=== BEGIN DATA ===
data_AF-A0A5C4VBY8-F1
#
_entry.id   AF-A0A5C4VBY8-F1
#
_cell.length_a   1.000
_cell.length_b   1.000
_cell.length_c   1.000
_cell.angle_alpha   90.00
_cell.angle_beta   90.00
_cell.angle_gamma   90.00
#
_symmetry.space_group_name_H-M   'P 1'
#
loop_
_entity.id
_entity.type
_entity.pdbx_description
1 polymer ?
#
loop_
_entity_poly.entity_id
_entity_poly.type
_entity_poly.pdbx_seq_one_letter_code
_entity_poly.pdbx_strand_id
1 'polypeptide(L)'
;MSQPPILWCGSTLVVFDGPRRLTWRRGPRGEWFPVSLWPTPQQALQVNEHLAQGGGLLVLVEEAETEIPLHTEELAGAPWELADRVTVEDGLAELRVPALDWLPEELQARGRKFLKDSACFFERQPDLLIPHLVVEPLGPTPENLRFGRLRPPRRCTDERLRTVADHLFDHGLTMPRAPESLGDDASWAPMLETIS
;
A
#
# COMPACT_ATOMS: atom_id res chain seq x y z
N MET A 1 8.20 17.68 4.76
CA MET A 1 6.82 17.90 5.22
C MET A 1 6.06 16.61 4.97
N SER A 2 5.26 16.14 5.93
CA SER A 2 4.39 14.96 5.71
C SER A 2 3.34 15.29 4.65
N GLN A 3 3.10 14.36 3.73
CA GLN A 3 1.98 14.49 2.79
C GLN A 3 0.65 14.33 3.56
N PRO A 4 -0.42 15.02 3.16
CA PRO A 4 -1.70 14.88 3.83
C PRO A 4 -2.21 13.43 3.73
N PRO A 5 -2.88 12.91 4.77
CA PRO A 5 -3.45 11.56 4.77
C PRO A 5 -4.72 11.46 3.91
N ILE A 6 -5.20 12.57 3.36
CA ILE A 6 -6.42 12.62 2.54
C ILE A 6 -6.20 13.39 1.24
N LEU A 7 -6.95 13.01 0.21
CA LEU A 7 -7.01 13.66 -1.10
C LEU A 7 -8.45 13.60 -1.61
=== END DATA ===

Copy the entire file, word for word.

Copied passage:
data_AF-A0A5C4VBY8-F1
#
_entry.id   AF-A0A5C4VBY8-F1
#
_cell.length_a   1.000
_cell.length_b   1.000
_cell.length_c   1.000
_cell.angle_alpha   90.00
_cell.angle_beta   90.00
_cell.angle_gamma   90.00
#
_symmetry.space_group_name_H-M   'P 1'
#
loop_
_entity.id
_entity.type
_entity.pdbx_description
1 polymer ?
#
loop_
_entity_poly.entity_id
_entity_poly.type
_entity_poly.pdbx_seq_one_letter_code
_entity_poly.pdbx_strand_id
1 'polypeptide(L)'
;MSQPPILWCGSTLVVFDGPRRLTWRRGPRGEWFPVSLWPTPQQALQVNEHLAQGGGLLVLVEEAETEIPLHTEELAGAPWELADRVTVEDGLAELRVPALDWLPEELQARGRKFLKDSACFFERQPDLLIPHLVVEPLGPTPENLRFGRLRPPRRCTDERLRTVADHLFDHGLTMPRAPESLGDDASWAPMLETIS
;
A
#
# COMPACT_ATOMS: atom_id res chain seq x y z
N MET A 1 8.20 17.68 4.76
CA MET A 1 6.82 17.90 5.22
C MET A 1 6.06 16.61 4.97
N SER A 2 5.26 16.14 5.93
CA SER A 2 4.39 14.96 5.71
C SER A 2 3.34 15.29 4.65
N GLN A 3 3.10 14.36 3.73
CA GLN A 3 1.98 14.49 2.79
C GLN A 3 0.65 14.33 3.56
N PRO A 4 -0.42 15.02 3.16
CA PRO A 4 -1.70 14.88 3.83
C PRO A 4 -2.21 13.43 3.73
N PRO A 5 -2.88 12.91 4.77
CA PRO A 5 -3.45 11.56 4.77
C PRO A 5 -4.72 11.46 3.91
N ILE A 6 -5.20 12.57 3.36
CA ILE A 6 -6.42 12.62 2.54
C ILE A 6 -6.20 13.39 1.24
N LEU A 7 -6.95 13.01 0.21
CA LEU A 7 -7.01 13.66 -1.10
C LEU A 7 -8.45 13.60 -1.61